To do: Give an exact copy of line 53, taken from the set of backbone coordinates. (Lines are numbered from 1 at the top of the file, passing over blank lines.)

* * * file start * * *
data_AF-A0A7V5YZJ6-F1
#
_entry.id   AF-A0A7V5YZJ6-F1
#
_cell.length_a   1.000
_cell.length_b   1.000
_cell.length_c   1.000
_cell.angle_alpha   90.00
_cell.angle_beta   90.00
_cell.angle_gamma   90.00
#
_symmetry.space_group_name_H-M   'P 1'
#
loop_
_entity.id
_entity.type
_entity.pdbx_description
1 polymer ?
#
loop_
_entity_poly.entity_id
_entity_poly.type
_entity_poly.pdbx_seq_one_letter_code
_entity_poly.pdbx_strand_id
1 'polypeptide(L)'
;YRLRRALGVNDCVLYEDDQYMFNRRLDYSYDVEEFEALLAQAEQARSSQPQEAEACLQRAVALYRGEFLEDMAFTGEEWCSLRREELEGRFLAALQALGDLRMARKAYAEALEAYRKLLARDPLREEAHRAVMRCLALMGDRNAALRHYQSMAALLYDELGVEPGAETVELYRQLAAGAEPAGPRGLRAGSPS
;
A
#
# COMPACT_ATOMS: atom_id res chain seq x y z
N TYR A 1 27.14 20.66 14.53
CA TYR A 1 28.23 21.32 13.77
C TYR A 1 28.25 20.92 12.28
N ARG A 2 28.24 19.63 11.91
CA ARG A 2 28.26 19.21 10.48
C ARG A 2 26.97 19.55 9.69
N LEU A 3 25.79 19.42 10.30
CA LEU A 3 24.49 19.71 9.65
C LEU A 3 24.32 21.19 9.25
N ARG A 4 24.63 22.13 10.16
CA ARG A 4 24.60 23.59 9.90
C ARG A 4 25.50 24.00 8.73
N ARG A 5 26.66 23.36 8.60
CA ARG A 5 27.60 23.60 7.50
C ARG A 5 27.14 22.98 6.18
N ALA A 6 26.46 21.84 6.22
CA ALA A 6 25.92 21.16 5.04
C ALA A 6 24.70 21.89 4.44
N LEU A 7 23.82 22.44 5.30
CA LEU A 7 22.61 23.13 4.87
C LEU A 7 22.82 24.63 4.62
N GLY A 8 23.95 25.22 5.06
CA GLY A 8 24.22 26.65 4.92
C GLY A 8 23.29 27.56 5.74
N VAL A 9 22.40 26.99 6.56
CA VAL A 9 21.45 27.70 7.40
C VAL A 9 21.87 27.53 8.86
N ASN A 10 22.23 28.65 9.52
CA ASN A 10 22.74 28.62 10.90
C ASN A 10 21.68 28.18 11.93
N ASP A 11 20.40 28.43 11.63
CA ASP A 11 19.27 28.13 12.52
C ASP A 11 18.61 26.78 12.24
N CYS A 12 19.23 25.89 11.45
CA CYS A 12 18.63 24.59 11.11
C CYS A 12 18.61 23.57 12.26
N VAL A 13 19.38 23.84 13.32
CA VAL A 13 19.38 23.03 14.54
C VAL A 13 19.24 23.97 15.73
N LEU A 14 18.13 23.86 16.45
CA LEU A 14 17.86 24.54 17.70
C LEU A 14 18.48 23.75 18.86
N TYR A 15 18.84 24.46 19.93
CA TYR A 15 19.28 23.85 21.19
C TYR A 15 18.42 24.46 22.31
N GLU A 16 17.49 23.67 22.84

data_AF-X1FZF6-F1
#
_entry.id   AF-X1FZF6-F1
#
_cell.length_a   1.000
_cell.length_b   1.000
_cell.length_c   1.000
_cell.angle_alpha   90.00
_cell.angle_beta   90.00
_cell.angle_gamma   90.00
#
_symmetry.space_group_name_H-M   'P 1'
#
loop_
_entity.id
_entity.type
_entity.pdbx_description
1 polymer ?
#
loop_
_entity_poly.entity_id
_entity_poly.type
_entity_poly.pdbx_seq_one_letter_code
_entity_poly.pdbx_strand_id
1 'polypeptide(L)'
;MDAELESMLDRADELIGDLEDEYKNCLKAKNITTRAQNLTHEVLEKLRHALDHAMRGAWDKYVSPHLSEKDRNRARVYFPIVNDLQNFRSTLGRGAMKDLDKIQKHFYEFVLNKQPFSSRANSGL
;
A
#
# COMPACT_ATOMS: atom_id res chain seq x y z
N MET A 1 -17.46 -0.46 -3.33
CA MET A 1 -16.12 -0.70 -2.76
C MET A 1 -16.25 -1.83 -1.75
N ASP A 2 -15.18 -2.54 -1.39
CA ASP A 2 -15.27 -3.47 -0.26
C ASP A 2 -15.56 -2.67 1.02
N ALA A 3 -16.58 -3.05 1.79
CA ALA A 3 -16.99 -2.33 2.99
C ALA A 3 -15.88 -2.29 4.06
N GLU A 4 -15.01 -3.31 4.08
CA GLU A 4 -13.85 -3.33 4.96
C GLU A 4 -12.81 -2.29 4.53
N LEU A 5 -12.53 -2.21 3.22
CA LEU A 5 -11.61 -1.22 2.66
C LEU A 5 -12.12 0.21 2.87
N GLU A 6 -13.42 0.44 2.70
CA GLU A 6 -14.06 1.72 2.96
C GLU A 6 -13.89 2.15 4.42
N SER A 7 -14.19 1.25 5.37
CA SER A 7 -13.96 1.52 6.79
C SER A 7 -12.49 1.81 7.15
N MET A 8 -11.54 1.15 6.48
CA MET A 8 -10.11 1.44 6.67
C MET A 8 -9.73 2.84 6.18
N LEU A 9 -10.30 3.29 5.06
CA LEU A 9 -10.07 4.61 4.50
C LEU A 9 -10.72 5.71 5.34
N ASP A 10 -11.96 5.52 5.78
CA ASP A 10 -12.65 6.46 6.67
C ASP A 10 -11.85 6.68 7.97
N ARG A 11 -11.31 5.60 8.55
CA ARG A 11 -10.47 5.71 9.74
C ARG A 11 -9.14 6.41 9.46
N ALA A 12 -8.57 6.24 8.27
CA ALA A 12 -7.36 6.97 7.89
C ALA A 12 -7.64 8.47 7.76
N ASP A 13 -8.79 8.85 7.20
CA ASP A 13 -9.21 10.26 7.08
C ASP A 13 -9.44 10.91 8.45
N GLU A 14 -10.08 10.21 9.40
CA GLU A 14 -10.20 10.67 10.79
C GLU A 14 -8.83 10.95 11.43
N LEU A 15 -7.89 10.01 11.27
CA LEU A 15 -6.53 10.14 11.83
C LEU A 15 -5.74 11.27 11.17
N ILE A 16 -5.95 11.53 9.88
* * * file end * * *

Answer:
CA GLY A 8 24.22 26.65 4.92